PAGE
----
“Enfin ce n’est pas l’absorption de lumiére qui, dans mon idée, occasionne la couleur blanche, mais au contraire la réflexion totale, ainsi les porres bouchés devenant de solides, & tout solide opérant cette réflexion totale, ce corps décoloré devient blanc, parce qu’à l’extérieur il est tout solide.” Mercure, September 1754, 127.
Compare Hanneke Grootenboer’s interpretation of the “departure,” or “take off,” of tiny blobs of paint in seventeenth-century still life as generative of “a minimal, shallow space between the paint and its support, where meaning, or rather, a thought, has become suspended.” Grootenboer, “The Pensive Image: On Thought in Jan van Huysum’s Still Life Paintings,” Oxford Art Journal 34, no. 1 (2011): 13–30.
Mercure, September 1754, 127. As illustrated, both the Drap d’or from Mosson’s collection and that in Davila’s presumably avoided such a fate by having been collected and prepared very soon after their erstwhile invertebrate inhabitants perished.
Stijnman, “Introduction,” lxxv; “Réponse de M. de Montdorge …,” Mercure, July 1749, 177.
Karin Leonhard, The Fertile Ground of Painting: Seventeenth-century still lifes & nature pieces, trans. Russell Stockman (London: Harvey Miller, 2020), 169.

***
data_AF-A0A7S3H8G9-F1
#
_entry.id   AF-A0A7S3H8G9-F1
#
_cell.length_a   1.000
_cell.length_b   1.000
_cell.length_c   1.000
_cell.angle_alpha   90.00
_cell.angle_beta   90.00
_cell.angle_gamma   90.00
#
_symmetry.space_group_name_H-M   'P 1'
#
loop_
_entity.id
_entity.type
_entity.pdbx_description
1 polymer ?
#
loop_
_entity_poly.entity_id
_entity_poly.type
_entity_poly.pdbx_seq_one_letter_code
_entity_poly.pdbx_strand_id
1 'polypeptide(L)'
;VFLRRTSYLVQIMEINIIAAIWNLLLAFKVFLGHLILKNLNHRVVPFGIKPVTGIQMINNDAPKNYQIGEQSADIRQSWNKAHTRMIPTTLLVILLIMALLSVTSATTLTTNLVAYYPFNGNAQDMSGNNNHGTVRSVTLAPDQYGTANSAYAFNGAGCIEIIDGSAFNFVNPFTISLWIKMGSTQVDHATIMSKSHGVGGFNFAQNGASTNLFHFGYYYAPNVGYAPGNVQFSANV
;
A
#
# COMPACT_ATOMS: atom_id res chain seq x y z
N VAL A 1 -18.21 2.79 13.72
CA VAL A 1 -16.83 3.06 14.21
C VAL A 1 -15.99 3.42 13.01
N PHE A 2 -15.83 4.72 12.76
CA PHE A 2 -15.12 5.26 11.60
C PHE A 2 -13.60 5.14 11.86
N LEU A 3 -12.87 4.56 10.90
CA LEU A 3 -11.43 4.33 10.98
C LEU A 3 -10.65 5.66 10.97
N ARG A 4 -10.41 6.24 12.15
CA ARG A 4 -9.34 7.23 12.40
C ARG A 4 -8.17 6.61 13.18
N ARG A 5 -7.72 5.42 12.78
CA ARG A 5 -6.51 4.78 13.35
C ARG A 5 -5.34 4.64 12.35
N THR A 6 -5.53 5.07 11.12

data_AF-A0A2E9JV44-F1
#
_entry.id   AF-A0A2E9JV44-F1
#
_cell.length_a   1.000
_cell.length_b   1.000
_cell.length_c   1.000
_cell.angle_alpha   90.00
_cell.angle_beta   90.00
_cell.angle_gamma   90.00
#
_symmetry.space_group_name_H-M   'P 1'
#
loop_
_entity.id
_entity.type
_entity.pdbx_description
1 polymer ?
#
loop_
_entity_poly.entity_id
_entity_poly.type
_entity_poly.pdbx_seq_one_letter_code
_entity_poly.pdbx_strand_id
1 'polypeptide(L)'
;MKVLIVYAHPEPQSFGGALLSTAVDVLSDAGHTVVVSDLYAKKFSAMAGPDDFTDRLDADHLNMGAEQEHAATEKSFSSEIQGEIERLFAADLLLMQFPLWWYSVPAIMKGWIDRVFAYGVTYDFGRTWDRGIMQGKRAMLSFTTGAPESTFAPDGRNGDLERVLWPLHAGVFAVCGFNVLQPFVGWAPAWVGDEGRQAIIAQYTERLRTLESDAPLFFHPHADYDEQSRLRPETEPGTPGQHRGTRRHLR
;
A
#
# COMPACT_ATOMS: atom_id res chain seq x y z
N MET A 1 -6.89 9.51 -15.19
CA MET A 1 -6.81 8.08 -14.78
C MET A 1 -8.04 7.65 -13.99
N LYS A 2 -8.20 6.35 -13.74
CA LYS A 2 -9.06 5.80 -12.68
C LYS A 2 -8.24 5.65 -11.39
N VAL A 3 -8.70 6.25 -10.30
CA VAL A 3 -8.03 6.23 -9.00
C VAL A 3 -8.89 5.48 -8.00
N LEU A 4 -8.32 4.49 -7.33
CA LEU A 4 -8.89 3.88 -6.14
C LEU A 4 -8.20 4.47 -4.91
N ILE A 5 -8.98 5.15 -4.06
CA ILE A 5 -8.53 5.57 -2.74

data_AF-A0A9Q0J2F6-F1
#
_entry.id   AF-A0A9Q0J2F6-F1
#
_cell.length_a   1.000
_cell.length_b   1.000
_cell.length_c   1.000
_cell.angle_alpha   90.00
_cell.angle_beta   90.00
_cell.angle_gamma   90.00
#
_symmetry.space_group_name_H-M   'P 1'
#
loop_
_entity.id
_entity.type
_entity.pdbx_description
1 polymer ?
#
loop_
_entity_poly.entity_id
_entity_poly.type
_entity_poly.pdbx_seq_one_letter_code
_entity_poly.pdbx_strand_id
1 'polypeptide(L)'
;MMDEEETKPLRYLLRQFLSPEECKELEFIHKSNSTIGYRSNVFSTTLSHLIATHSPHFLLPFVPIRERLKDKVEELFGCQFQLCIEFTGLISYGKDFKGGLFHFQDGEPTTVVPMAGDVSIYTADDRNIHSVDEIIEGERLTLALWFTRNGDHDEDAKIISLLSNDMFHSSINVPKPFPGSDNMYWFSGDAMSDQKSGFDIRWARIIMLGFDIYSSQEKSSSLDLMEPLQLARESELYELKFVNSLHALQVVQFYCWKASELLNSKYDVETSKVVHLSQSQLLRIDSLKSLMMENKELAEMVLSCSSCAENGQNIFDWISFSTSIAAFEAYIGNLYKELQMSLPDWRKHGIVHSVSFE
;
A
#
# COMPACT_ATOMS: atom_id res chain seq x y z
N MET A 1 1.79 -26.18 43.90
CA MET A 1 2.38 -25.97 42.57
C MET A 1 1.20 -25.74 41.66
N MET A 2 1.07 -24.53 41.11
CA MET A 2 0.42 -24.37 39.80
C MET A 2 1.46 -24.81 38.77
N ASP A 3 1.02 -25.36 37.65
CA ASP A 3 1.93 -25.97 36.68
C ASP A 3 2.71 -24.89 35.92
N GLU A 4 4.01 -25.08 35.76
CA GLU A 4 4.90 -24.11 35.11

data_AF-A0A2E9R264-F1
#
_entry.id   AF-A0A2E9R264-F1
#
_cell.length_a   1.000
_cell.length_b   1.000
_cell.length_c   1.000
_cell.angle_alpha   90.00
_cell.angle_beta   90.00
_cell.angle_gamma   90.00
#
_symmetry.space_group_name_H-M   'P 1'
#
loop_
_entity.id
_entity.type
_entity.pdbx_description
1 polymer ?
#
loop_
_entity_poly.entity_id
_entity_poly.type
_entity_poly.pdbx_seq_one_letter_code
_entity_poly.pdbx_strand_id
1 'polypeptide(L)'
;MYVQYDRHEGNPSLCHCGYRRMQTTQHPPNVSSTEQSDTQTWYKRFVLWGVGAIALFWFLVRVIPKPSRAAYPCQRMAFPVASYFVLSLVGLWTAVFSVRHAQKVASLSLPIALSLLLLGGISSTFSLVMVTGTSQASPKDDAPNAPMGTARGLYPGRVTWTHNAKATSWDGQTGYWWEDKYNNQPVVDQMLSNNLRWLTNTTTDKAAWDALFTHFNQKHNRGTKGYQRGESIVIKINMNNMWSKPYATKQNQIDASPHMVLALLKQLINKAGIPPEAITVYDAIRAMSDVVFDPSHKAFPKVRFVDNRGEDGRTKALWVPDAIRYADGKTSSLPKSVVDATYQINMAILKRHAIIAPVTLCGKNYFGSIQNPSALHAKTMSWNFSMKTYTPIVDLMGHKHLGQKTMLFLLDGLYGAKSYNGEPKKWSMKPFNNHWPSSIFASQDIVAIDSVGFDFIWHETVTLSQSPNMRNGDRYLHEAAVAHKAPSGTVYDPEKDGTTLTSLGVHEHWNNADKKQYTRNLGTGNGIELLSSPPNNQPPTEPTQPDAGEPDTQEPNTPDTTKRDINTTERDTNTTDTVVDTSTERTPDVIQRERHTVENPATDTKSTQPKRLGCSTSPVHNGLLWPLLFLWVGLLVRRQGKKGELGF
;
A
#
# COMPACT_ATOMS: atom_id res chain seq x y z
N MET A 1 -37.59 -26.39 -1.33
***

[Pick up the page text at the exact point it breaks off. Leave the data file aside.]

“La cause des couleurs selon Newton,” “La cause des couleurs selon mon Systême,” Observations 1752, 99–106; Boskamp, Primärfarben und Farbharmonie, 195–196; Michael Baxandall, Shadows and Enlightenment (New Haven: Yale University Press, 1995), 91.
Isaac Newton, “Optica, Part II, Lecture 5,” in The Optical Papers of Isaac Newton. vol. 1, The Optical Lectures 1670–1672, ed. Alan E. Shapiro (Cambridge: Cambridge University Press, 1984), 472–473; Sarah Lowengard. The Creation of Color in Eighteenth-Century Europe: Figs., tables, exhibits (New York: Columbia University Press, 2006), open access electronic book,
Stijnman, “Introduction,” lxxxvi–xc.
“Lettre à l’auteur du Mercure … sur l’invention d’imprimer les tableaux,” Mercure, January 1756, 199.
“Les Newtoniens vont chercher pour expliquer ces phénomènes une infinité de raisons qui le contredisent: demandez leurr l’explication que je viens de faire selon leur sistème?” Ibid., 129.
For “epistemic objects” as meeting points for color worlds see Dijksterhuis, “Understandings of Colors,” 534. Another way to interpret the epistemic import of the Drap d’or is as a border object, for which see Charlotte Guichard, “La coquillpalissye au xviiie siècle: un objet frontière,” Techniques & Culture 59, no. 2 (2012): 150–163.
Mechthild Fend, Fleshing Out Surfaces: Skin in French Art and Medicine, 1650–1850 (Manchester: Manchester University Press, 2016), 17–63.
Fend, Fleshing Out Surfaces, 49–53.
Fend, Fleshing Out Surfaces, 53.
Judith C. Walsh, “Ink and Inspiration: The Craft of Color Printing,” in Colorful Impressions, 26–27.